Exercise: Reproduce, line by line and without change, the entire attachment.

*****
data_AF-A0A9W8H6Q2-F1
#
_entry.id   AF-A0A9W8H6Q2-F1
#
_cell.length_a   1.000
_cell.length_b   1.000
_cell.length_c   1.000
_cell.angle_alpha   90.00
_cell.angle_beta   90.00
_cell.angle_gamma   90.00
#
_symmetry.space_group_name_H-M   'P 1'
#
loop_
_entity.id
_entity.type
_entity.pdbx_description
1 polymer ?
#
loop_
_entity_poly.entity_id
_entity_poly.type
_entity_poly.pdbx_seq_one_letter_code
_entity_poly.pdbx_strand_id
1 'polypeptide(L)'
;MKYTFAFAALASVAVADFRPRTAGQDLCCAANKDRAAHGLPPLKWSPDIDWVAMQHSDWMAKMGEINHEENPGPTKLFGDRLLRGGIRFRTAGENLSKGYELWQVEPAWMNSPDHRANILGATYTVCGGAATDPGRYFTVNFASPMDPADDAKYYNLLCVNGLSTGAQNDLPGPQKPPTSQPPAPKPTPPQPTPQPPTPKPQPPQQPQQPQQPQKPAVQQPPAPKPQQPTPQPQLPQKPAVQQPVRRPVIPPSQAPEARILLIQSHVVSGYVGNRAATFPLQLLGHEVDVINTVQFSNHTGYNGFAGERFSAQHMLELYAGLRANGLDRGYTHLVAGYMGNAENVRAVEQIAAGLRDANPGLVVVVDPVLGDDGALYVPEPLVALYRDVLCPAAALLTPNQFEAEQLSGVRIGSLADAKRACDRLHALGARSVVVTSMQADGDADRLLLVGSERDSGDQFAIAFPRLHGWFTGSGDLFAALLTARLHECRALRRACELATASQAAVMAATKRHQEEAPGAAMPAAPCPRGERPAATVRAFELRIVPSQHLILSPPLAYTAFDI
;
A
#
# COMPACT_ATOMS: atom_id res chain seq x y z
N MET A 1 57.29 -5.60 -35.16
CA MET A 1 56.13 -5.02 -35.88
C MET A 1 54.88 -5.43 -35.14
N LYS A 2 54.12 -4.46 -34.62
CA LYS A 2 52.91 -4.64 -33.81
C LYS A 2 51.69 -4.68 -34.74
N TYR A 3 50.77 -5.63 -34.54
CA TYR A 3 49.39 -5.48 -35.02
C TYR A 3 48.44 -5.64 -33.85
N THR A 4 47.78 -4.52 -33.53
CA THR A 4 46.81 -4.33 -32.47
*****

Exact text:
data_AF-A0A9W8H6Q2-F1
#
_entry.id   AF-A0A9W8H6Q2-F1
#
_cell.length_a   1.000
_cell.length_b   1.000
_cell.length_c   1.000
_cell.angle_alpha   90.00
_cell.angle_beta   90.00
_cell.angle_gamma   90.00
#
_symmetry.space_group_name_H-M   'P 1'
#
loop_
_entity.id
_entity.type
_entity.pdbx_description
1 polymer ?
#
loop_
_entity_poly.entity_id
_entity_poly.type
_entity_poly.pdbx_seq_one_letter_code
_entity_poly.pdbx_strand_id
1 'polypeptide(L)'
;MKYTFAFAALASVAVADFRPRTAGQDLCCAANKDRAAHGLPPLKWSPDIDWVAMQHSDWMAKMGEINHEENPGPTKLFGDRLLRGGIRFRTAGENLSKGYELWQVEPAWMNSPDHRANILGATYTVCGGAATDPGRYFTVNFASPMDPADDAKYYNLLCVNGLSTGAQNDLPGPQKPPTSQPPAPKPTPPQPTPQPPTPKPQPPQQPQQPQQPQKPAVQQPPAPKPQQPTPQPQLPQKPAVQQPVRRPVIPPSQAPEARILLIQSHVVSGYVGNRAATFPLQLLGHEVDVINTVQFSNHTGYNGFAGERFSAQHMLELYAGLRANGLDRGYTHLVAGYMGNAENVRAVEQIAAGLRDANPGLVVVVDPVLGDDGALYVPEPLVALYRDVLCPAAALLTPNQFEAEQLSGVRIGSLADAKRACDRLHALGARSVVVTSMQADGDADRLLLVGSERDSGDQFAIAFPRLHGWFTGSGDLFAALLTARLHECRALRRACELATASQAAVMAATKRHQEEAPGAAMPAAPCPRGERPAATVRAFELRIVPSQHLILSPPLAYTAFDI
;
A
#
# COMPACT_ATOMS: atom_id res chain seq x y z
N MET A 1 57.29 -5.60 -35.16
CA MET A 1 56.13 -5.02 -35.88
C MET A 1 54.88 -5.43 -35.14
N LYS A 2 54.12 -4.46 -34.62
CA LYS A 2 52.91 -4.64 -33.81
C LYS A 2 51.69 -4.68 -34.74
N TYR A 3 50.77 -5.63 -34.54
CA TYR A 3 49.39 -5.48 -35.02
C TYR A 3 48.44 -5.64 -33.85
N THR A 4 47.78 -4.52 -33.53
CA THR A 4 46.81 -4.33 -32.47